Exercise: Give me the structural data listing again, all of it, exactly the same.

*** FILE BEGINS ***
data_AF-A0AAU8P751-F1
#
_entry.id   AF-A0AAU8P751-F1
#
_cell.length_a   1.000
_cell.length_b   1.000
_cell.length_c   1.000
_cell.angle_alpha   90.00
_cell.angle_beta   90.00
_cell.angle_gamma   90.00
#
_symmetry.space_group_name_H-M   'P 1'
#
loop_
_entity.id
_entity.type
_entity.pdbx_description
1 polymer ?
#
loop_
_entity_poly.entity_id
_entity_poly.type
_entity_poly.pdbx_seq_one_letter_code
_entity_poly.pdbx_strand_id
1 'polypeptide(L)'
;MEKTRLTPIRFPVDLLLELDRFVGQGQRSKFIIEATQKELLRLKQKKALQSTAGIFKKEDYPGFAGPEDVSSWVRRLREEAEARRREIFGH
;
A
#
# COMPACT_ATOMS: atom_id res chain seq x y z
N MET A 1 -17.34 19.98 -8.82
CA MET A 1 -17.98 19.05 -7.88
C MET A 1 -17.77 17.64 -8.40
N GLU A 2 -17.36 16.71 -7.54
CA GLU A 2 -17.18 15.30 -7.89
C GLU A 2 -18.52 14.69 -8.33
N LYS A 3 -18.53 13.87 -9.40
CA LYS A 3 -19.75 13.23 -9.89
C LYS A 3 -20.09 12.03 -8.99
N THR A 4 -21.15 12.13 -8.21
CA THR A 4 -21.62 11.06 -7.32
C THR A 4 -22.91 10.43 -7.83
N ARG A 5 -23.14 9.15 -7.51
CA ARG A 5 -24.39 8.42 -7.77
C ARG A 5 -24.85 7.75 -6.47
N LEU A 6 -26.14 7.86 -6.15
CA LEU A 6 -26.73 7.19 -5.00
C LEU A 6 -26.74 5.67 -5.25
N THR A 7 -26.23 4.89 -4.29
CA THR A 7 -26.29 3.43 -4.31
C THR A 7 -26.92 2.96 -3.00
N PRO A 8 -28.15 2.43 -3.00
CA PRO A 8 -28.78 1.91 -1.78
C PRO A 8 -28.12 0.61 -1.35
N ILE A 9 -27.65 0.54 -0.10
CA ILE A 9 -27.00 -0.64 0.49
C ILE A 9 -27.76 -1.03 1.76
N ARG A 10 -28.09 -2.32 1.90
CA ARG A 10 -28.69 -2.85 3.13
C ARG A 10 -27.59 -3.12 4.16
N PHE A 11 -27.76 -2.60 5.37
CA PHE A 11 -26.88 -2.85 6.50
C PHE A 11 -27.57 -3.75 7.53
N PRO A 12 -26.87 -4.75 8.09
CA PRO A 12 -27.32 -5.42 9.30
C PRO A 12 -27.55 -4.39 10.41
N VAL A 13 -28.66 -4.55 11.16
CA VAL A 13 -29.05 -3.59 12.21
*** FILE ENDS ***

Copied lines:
data_AF-A0AAU8P751-F1
#
_entry.id   AF-A0AAU8P751-F1
#
_cell.length_a   1.000
_cell.length_b   1.000
_cell.length_c   1.000
_cell.angle_alpha   90.00
_cell.angle_beta   90.00
_cell.angle_gamma   90.00
#
_symmetry.space_group_name_H-M   'P 1'
#
loop_
_entity.id
_entity.type
_entity.pdbx_description
1 polymer ?
#
loop_
_entity_poly.entity_id
_entity_poly.type
_entity_poly.pdbx_seq_one_letter_code
_entity_poly.pdbx_strand_id
1 'polypeptide(L)'
;MEKTRLTPIRFPVDLLLELDRFVGQGQRSKFIIEATQKELLRLKQKKALQSTAGIFKKEDYPGFAGPEDVSSWVRRLREEAEARRREIFGH
;
A
#
# COMPACT_ATOMS: atom_id res chain seq x y z
N MET A 1 -17.34 19.98 -8.82
CA MET A 1 -17.98 19.05 -7.88
C MET A 1 -17.77 17.64 -8.40
N GLU A 2 -17.36 16.71 -7.54
CA GLU A 2 -17.18 15.30 -7.89
C GLU A 2 -18.52 14.69 -8.33
N LYS A 3 -18.53 13.87 -9.40
CA LYS A 3 -19.75 13.23 -9.89
C LYS A 3 -20.09 12.03 -8.99
N THR A 4 -21.15 12.13 -8.21
CA THR A 4 -21.62 11.06 -7.32
C THR A 4 -22.91 10.43 -7.83
N ARG A 5 -23.14 9.15 -7.51
CA ARG A 5 -24.39 8.42 -7.77
C ARG A 5 -24.85 7.75 -6.47
N LEU A 6 -26.14 7.86 -6.15
CA LEU A 6 -26.73 7.19 -5.00
C LEU A 6 -26.74 5.67 -5.25
N THR A 7 -26.23 4.89 -4.29
CA THR A 7 -26.29 3.43 -4.31
C THR A 7 -26.92 2.96 -3.00
N PRO A 8 -28.15 2.43 -3.00
CA PRO A 8 -28.78 1.91 -1.78
C PRO A 8 -28.12 0.61 -1.35
N ILE A 9 -27.65 0.54 -0.10
CA ILE A 9 -27.00 -0.64 0.49
C ILE A 9 -27.76 -1.03 1.76
N ARG A 10 -28.09 -2.32 1.90
CA ARG A 10 -28.69 -2.85 3.13
C ARG A 10 -27.59 -3.12 4.16
N PHE A 11 -27.76 -2.60 5.37
CA PHE A 11 -26.88 -2.85 6.50
C PHE A 11 -27.57 -3.75 7.53
N PRO A 12 -26.87 -4.75 8.09
CA PRO A 12 -27.32 -5.42 9.30
C PRO A 12 -27.55 -4.39 10.41
N VAL A 13 -28.66 -4.55 11.16
CA VAL A 13 -29.05 -3.59 12.21